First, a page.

OMAHA, Neb. — Dry conditions throughout the Missouri River basin since last summer might lead some communities throughout the Missouri River basin to believe that the risk of flooding is nonexistent this year, but the U.S. Army Corps of Engineers, Omaha District, wants to remind everyone that flood risk management remains a primary consideration despite the growing concerns about the impacts of the drought.
“The risk of flooding still remains even during a drought, particularly due to isolated thunderstorms in areas below Gavins Point Dam where the Corps does not have a way to regulate the runoff,” said Kim Thomas, Chief of the Emergency Management Office. “We want to remind residents throughout the basin to remain vigilant even during this drought period. Take a moment and consider where you live and ask yourself: Do I live below a dam, behind a levee or in a flood prone area? If you do, we recommend researching useful resources and tools you can use to inform the actions you take to ensure your preparedness.”
Beth Freeman, regional administrator for FEMA Region VII, echoes that sentiment. "Regardless of whether you live in or out of a designated floodplain, flood insurance can mean the difference between a quick recovery with new possibilities or the uncertainty that accompanies disaster recovery without it.” For more information on flood insurance, visit http://www.floodsmart.gov/floodsmart/pages/flood_facts.jsp.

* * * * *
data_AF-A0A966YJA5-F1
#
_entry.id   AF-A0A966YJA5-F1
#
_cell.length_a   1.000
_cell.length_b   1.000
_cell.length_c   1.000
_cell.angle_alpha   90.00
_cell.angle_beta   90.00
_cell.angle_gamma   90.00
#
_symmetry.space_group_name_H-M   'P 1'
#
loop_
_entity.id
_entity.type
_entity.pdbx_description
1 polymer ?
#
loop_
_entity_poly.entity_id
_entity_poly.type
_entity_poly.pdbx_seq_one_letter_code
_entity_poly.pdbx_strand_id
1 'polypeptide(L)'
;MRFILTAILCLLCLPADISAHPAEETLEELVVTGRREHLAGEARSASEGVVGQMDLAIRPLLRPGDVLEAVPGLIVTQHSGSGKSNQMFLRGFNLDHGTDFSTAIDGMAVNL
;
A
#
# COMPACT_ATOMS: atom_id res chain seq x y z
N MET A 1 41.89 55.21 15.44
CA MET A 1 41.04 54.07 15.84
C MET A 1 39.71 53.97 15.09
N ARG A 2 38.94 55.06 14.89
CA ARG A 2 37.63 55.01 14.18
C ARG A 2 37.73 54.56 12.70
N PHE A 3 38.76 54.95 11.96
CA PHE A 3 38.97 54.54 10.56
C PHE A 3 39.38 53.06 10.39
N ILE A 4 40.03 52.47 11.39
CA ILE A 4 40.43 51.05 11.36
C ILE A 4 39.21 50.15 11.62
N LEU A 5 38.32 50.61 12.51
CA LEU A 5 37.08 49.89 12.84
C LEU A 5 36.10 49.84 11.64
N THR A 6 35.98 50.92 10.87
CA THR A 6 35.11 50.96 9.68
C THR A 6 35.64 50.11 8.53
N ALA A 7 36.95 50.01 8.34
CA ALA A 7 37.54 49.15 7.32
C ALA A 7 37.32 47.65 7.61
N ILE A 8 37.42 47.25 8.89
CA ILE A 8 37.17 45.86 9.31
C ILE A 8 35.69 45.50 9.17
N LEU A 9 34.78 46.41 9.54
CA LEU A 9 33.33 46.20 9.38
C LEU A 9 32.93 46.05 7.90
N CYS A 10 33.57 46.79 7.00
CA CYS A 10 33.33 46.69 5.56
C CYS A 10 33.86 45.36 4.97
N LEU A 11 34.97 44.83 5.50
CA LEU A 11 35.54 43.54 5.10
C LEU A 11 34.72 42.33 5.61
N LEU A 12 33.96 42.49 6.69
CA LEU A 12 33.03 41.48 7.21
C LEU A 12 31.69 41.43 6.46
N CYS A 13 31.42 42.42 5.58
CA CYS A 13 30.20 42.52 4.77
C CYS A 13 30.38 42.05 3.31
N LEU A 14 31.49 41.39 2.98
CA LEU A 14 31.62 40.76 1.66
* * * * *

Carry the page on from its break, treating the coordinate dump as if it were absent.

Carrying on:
“Flood risk management is a shared responsibility we all need to take seriously,” said Omaha District Commander Col. Joel R. Cross. “Public safety is our top priority. Our dams and levees function as risk reduction measures they do not eliminate flood risks. Therefore, we ask you to continue to work together in providing effective risk communication to all.”
The American Society of Civil Engineers has published a guide, “So, You Live Behind a Levee!” It can be found at http://content.asce.org/ASCELeveeGuide.html. A similar resource for areas located near dams, “Living with Dams: Know Your Risks” can be found at http://www.livingneardams.org/.
“We encourage people to take time to read and share this information with their friends, family and neighbors to help prevent the potential loss of life and property due to flooding,” said Thomas.
Release no. 20130411-001